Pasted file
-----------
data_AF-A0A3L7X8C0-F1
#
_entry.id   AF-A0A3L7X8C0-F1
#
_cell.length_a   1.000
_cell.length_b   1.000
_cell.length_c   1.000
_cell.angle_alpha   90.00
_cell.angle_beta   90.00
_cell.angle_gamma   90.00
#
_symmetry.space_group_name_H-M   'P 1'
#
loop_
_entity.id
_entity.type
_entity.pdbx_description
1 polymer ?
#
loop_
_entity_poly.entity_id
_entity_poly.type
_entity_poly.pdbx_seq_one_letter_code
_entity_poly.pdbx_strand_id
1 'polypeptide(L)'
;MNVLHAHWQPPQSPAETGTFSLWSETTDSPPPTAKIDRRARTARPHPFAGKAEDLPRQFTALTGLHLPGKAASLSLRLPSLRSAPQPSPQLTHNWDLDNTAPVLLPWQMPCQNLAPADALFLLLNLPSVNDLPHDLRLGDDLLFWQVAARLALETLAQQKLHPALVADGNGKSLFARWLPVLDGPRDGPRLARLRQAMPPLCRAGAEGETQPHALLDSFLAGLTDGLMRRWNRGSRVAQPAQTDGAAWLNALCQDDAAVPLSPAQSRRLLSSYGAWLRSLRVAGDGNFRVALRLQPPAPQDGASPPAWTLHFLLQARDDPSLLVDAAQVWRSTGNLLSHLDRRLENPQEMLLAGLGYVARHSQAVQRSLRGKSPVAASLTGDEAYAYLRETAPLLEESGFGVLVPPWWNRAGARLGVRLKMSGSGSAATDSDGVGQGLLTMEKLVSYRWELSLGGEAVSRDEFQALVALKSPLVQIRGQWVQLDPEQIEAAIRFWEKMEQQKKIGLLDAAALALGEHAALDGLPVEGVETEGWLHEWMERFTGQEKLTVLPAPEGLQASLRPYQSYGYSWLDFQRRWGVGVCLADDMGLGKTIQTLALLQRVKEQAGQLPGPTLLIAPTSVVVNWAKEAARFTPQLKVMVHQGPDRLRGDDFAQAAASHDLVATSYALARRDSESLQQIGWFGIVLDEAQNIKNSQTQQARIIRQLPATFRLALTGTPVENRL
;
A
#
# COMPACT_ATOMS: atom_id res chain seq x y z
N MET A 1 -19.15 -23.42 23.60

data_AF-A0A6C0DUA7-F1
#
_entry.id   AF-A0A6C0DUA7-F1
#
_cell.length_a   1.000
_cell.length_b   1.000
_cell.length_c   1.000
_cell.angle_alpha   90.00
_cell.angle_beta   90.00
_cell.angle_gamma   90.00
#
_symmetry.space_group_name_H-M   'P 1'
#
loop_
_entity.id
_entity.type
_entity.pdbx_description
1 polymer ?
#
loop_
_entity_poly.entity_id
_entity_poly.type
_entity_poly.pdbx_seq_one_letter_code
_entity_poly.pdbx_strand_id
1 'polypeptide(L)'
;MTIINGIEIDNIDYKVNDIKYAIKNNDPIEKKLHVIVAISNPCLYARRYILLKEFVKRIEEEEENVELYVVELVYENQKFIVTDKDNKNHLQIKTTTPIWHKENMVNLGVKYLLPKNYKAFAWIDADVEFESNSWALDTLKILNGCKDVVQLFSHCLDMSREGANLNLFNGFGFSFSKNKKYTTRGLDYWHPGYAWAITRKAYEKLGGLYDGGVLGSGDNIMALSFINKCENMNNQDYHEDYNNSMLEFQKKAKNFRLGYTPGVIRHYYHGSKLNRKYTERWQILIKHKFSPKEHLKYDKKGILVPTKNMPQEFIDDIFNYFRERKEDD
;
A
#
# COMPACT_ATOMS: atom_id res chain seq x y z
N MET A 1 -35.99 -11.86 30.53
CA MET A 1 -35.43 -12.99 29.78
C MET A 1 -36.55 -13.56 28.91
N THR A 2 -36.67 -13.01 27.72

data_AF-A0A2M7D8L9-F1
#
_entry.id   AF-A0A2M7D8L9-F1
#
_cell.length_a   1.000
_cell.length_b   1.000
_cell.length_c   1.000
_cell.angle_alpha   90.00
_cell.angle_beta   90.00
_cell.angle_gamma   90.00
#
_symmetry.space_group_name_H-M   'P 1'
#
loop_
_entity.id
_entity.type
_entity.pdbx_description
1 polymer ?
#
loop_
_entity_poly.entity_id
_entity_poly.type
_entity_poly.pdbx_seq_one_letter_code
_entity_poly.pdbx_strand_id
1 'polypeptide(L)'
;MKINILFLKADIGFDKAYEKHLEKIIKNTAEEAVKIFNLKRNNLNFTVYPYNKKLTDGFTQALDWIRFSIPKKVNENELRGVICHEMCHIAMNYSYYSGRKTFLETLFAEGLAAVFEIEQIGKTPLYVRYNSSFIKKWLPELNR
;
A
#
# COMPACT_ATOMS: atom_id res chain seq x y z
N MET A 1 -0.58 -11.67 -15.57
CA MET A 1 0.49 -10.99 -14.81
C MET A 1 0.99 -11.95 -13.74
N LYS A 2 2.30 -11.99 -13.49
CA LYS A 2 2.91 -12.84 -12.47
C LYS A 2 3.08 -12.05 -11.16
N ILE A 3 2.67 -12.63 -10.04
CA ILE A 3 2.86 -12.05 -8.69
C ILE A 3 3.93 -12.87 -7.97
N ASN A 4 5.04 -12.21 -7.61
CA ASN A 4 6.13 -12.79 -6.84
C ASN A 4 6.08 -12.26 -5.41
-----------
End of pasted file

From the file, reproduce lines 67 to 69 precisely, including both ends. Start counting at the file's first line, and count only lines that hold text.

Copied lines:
#
_entry.id   AF-A0A2M7D8L9-F1
#